It is no secret that injuries are an occurrence on the job site. While companies do what they can to minimize the number of injuries that happen by implementing safety regulations, the fact of the matter is accidents happen. And when working with heavy machinery, on high ladders or in confined spaces, the potential for an accident is even greater.
But accidents don't have to be drastic for injuries to incur. In fact, more often than not an injury is simply the result of carrying too much weight or being in a certain position for too long, leading to back pains or stiff shoulders. Because of this, many workers are prescribed medications to help combat the pain. And while eliminating a worker's ailment is beneficial to the worker, there are some industry professionals who are concerned that it puts others at risk on the job site.
If a worker is prescribed a medication for pain, and has disclosure rights that allow this information to remain private, then how does a construction company put in extra efforts to ensure everyone is safe, taking the proper amount of medication and all while not violating anyone's privacy? These are tough questions, but they are some that professionals in the construction industry are finding themselves asking on a more regularly.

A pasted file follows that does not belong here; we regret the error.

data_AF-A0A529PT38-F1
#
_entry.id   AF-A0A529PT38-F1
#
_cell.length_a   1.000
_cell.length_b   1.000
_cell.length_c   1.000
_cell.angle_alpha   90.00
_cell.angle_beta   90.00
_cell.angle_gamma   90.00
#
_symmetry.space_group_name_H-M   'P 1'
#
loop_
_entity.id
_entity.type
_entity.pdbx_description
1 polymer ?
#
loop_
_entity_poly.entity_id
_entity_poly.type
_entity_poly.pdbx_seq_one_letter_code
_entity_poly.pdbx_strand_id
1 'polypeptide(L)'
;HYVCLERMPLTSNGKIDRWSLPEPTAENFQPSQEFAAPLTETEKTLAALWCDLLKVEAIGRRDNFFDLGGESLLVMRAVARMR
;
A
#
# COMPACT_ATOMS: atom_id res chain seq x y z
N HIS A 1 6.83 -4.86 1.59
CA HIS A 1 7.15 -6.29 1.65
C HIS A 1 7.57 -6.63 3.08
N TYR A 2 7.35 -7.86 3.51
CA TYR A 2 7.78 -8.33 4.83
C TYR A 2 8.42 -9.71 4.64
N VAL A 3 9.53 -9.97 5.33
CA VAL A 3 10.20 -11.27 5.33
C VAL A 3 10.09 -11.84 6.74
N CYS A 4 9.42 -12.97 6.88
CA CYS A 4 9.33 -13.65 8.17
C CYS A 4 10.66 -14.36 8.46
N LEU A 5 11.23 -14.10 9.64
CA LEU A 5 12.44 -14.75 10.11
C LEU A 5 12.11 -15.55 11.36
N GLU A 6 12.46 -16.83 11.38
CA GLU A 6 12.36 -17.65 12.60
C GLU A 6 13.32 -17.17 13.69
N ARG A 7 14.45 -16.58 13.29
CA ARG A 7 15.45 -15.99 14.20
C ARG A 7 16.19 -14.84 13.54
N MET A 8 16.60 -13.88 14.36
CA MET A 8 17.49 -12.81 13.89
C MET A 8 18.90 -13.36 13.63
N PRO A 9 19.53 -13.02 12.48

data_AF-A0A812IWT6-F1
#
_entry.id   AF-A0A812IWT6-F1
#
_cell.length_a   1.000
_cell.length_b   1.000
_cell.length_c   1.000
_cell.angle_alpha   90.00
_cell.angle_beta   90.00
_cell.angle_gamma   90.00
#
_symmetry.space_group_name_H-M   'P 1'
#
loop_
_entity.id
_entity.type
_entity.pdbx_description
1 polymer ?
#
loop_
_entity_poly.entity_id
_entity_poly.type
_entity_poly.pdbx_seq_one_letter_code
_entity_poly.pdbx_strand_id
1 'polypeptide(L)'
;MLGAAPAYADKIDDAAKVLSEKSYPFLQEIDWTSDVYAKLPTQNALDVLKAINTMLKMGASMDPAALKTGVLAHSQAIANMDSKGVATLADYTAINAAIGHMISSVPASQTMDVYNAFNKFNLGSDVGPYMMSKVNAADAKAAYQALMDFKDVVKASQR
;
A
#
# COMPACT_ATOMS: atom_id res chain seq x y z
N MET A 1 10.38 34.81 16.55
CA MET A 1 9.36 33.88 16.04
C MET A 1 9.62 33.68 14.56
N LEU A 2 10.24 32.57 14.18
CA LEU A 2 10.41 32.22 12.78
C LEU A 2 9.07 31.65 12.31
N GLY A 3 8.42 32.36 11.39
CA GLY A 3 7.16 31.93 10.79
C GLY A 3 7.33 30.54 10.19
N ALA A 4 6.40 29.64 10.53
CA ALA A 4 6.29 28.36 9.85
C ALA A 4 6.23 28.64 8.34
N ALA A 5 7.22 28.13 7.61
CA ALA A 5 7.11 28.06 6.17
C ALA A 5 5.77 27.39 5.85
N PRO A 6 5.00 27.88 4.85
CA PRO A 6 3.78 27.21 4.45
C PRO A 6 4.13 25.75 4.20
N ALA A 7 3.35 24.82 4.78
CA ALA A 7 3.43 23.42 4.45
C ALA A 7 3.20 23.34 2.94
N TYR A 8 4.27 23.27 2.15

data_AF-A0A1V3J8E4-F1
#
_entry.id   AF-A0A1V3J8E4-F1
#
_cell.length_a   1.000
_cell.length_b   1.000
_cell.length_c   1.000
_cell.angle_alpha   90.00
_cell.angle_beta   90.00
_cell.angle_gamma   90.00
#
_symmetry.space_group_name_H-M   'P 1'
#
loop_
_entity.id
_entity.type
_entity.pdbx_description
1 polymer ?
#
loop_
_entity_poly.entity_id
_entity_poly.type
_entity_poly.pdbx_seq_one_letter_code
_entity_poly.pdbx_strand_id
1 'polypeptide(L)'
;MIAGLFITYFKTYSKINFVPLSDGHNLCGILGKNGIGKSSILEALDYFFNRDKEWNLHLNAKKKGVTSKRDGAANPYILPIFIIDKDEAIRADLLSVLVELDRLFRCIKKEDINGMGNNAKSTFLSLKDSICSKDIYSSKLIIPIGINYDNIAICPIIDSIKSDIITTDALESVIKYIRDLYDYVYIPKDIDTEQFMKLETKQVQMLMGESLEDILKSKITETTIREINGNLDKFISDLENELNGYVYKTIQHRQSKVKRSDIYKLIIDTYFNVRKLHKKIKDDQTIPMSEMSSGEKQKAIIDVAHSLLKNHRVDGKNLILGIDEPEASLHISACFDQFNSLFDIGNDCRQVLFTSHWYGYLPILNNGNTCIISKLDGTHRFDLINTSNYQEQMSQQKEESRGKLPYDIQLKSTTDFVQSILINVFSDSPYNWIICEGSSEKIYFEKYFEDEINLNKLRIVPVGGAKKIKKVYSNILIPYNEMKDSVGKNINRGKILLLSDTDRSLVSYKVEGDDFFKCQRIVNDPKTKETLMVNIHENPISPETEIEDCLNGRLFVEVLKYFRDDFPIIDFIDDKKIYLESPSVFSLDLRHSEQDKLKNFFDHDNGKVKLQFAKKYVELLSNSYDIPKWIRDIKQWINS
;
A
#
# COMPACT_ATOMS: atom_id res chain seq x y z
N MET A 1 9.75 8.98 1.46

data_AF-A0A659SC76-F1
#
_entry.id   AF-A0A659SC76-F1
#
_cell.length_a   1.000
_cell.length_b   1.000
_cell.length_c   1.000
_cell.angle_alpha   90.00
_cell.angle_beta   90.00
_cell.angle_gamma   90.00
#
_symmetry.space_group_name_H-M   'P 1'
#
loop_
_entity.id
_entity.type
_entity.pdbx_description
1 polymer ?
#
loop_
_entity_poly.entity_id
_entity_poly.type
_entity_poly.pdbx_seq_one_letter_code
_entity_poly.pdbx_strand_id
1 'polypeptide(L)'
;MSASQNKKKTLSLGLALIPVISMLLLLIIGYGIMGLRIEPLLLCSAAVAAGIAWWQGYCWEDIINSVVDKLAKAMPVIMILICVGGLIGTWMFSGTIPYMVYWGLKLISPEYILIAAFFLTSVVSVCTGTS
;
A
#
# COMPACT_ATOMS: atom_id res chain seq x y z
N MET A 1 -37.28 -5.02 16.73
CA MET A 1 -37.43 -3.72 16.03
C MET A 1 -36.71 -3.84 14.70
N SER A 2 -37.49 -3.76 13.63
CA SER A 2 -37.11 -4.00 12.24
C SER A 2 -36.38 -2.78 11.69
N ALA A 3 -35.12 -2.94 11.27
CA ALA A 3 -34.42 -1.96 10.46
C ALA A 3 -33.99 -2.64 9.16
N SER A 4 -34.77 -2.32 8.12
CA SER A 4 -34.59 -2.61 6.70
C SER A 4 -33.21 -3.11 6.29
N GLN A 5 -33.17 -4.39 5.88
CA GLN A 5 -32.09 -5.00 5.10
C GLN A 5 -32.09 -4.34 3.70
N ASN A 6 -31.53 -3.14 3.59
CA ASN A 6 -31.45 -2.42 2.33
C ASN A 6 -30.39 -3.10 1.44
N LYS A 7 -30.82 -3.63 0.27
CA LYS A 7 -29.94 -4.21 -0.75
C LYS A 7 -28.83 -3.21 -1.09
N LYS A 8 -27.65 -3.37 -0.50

"Accidents don't have to be drastic for injuries to occur."
Painkiller prescriptions on the rise
Opioids are a classification of painkillers that include such medications as Vicodin, Percocet, OxyContin, Tylenol with Codeine and a large number of others, generic or not. These medications are great when it comes to curbing a worker's pain, but they also come with a large risk of dependence and overuse. Essentially, it is easy to become dependent on these types of medications, as highlighted by the report "The Neurology of Opioid Dependence: Implications for Treatment" by Drs. Thomas R. Kosten and Tony P. George.
These medications bring a very real concern into the mix, and that is how easy it is for the brain to change and become dependent on these medications. If taken in the proper dosage this dependency shouldn't be reached as quickly, the line between overuse and proper use is fine.
"Repeated exposure to escalating dosages of opioids alters the brain so that it functions more or less normally when the drugs are present and abnormally when they are not," according to the report.